When posing with hands in pockets, pull out a thumb. You don’t want an amputated hand look. That’s not flattering to anyone.
When standing, make sure the subject’s weigh is on the farthest foot from the camera. If you have your subject push all their weight to their back foot it will actually help them align their body faster than explaining it to them. Another nifty trick is tell them to stand how a ballerina would stand. It makes it fun for them because they are mimicking and playing which helps them loosen up for the shoot.
When focusing, look directly into their eyes. Even if the model is looking away from the camera, the focal point should be on their eyes. When a face is in a picture, the viewer’s eye is always drawn immediately to the subject’s eyes. So having your main focal point in focus is key to having solid photographs.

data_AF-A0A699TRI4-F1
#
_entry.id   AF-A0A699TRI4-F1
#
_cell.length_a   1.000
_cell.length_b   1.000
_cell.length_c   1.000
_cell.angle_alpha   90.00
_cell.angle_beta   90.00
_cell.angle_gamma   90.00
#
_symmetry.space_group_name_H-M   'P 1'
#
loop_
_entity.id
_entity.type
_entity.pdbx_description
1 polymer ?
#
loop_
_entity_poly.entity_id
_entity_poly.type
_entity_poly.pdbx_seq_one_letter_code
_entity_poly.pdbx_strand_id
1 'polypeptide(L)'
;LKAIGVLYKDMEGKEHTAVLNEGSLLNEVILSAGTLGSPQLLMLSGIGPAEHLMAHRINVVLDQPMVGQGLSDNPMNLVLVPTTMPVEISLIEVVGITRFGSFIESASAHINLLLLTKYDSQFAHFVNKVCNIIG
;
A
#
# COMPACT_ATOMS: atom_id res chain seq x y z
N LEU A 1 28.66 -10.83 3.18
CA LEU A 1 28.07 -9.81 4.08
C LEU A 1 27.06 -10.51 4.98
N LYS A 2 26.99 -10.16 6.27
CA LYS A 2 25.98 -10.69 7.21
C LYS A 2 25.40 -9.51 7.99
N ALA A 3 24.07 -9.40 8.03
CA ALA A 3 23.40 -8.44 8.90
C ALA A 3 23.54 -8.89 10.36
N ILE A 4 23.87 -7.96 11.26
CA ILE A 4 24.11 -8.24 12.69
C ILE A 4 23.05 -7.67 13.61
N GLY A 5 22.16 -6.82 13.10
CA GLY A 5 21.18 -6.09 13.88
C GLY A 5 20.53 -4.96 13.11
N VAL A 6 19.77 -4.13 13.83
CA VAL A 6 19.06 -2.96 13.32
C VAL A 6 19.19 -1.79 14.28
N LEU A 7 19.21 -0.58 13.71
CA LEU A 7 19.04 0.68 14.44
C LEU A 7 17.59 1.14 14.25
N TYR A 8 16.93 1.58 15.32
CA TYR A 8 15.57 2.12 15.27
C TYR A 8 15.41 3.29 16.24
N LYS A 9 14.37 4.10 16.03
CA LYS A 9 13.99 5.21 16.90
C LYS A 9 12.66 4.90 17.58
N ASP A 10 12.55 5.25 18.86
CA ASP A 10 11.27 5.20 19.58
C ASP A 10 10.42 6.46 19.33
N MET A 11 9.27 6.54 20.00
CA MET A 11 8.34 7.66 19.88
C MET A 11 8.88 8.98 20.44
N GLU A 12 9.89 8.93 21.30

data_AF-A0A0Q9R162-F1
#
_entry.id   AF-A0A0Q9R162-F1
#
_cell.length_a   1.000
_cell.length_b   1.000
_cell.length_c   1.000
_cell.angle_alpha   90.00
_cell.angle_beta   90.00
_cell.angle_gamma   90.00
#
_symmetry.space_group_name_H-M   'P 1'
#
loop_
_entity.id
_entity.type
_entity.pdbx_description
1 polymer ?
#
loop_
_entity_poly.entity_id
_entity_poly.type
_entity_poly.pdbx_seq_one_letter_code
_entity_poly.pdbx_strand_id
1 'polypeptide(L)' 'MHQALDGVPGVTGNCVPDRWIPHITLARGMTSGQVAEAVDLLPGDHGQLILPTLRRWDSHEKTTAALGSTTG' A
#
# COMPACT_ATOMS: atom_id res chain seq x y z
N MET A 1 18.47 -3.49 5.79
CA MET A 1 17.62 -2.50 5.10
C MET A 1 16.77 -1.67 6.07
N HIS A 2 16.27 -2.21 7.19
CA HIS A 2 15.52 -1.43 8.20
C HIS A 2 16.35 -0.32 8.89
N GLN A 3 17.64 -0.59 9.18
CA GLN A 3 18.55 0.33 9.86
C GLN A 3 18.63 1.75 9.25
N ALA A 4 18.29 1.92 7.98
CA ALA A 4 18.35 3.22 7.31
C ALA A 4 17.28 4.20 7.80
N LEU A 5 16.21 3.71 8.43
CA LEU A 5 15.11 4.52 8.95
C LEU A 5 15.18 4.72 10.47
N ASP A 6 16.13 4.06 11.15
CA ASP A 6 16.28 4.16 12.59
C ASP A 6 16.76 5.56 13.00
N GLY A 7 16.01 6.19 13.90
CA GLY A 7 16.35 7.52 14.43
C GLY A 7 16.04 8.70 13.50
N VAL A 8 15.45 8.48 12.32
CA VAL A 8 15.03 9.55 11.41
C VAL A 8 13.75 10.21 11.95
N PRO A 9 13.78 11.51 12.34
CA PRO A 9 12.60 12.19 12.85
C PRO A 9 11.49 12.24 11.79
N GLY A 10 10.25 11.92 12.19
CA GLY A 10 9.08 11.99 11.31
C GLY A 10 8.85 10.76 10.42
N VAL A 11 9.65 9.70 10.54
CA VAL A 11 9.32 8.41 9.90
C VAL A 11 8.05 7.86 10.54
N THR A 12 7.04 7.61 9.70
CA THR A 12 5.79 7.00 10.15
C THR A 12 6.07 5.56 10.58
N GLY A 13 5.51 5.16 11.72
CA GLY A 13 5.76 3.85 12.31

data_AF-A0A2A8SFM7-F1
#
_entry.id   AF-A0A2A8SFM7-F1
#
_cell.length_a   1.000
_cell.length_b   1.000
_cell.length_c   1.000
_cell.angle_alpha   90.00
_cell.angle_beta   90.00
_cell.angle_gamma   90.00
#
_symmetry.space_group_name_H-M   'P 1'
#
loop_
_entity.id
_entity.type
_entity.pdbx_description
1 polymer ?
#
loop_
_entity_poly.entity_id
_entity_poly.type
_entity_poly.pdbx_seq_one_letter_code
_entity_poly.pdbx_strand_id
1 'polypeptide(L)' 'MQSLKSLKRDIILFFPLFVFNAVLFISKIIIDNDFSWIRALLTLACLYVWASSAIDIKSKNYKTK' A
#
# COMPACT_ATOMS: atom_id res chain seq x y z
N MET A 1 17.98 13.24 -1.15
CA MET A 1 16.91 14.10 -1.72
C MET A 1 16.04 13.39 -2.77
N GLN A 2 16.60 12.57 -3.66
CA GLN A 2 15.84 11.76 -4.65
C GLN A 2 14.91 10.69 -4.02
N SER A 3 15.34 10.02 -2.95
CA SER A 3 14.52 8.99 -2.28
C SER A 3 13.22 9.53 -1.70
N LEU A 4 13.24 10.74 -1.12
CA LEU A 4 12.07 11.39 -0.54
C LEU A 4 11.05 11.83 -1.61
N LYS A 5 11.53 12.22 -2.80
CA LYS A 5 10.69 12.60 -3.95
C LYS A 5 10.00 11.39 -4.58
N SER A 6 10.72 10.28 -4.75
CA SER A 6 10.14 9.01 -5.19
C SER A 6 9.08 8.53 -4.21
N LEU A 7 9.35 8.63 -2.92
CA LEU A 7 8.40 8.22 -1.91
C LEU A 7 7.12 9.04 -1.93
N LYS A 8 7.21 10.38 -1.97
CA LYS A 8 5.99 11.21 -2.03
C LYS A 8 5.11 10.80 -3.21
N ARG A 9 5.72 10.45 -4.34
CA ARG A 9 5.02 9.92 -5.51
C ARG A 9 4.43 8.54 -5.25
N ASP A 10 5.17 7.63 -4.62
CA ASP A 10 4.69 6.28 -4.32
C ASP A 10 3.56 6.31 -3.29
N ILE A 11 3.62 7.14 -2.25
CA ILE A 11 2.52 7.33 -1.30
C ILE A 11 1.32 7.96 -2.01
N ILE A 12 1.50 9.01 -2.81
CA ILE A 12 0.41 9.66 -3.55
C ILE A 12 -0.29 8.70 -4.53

People wear glasses. Glasses reflect everything. Pay attention to what reflections you are picking up in your subject’s glasses! Tilting their chin down can help, however take action as well! Stepping up on a stool and shooting slightly down on your subject will help give a different angle and help cut down on flashes catching in their eye. There’s a big difference between a twinkle in their eye and a blast of white searing across their face.
Close your legs! When posing women it’s a mandatory rule. Knees together when in a sitting pose. Keep it classy. Two areas that people never want to be on display in a photograph are their crotches and their armpits.
There are feminine and masculine poses. Use them. Bodies look best in different poses. Sometimes women look better in masculine poses, I’ve had many women who feel better in masculine poses. Use your best judgement in those situations however stick to the traditionals mainly.
Someone needs to be taller. When posing two people together, you want to have one person be at least a little taller than the other. Usually, I make it the male in the picture. If it isn’t a male/female picture I will use whoever seems to be the more dominant of the two (or in children, the older of the two). This adds layers to the photograph and makes it more visually interesting.